For more on CSS, visit Scenic America's CSS resource page and www.contextsensitivesolutions.org.
But this excellent update from spacing toronto soundly counters an argument that one councilor made that digital signs are simply "modernization." As the blog post makes clear, light trespass for affected homeowners is more nightmarish than anything else. The post also points us to this disturbing open letter from an unfortunate soul subjected to "modernization" and a must-read 2008 LA Weekly article about how LA council members regret approving digital billboards after having had no idea what they were unleashing upon the landscape.
Meanwhile, the Tampa Tribune passes along unusual testimony from the industry on whether digital billboards are like the moon: "If you never had any complaints about moonlight then you shouldn't have a problem with digital billboards." A more reasonable assessment of the brightness of these signs -- which an industry funded study found are ten times brighter than the surrounding area and three times brighter than traditional billboards -- comes from promotional material of a manufacturer:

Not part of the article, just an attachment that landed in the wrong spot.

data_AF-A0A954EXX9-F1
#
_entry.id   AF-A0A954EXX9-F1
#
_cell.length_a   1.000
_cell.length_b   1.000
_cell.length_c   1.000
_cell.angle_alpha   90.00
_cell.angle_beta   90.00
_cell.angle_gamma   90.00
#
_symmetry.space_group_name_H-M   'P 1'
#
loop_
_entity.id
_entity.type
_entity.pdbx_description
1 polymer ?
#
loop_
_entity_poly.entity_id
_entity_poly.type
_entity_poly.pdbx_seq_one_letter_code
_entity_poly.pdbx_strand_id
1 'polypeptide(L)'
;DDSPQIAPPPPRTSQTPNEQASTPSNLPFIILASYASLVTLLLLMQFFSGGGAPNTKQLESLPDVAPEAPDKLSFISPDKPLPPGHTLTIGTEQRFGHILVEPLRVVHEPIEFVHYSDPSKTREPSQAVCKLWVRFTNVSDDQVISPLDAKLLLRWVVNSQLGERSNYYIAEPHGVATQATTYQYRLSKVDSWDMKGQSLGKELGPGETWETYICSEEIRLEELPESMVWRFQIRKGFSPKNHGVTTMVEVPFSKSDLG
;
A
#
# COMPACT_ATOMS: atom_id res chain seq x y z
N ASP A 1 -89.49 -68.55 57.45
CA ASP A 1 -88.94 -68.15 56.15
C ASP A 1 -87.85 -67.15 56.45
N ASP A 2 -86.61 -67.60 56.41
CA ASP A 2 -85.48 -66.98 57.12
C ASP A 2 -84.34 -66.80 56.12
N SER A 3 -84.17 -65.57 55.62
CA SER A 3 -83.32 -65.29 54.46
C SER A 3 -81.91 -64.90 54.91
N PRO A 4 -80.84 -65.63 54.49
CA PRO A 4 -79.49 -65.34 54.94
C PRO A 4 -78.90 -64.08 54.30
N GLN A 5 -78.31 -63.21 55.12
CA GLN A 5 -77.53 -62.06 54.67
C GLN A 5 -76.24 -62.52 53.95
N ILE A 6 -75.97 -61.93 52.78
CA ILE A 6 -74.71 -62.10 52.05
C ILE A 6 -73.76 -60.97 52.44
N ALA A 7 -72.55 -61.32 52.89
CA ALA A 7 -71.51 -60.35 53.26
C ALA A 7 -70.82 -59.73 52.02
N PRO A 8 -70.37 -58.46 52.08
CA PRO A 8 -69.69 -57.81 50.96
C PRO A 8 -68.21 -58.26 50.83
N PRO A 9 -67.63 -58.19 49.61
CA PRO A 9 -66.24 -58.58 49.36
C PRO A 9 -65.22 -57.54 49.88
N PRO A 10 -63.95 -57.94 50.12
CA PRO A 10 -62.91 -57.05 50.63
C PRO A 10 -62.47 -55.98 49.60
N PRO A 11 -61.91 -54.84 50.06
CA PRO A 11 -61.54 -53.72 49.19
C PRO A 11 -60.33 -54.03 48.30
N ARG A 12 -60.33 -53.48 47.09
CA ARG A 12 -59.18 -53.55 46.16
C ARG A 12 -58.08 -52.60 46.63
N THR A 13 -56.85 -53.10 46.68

"Nothing's as eye-catching as an electronic LED display. The brightly-lit text and graphics can be seen from hundreds of feet away, drawing the attention of everyone within view."
Indeed, as these unfortunate folks who happen to live in the vicinity of a digital sign in Saint Louis know, Tampa Bay residents have reason to be concerned about light trespass and distraction. Visit Scenic America's resource page on digital billboards for more on the serious safety and visual implications of these new signs.
Update: Here is another disturbing news video about how brightly-lit digital billboards are negatively affecting residents, this time in Detroit.
Thursday, December 3, 2009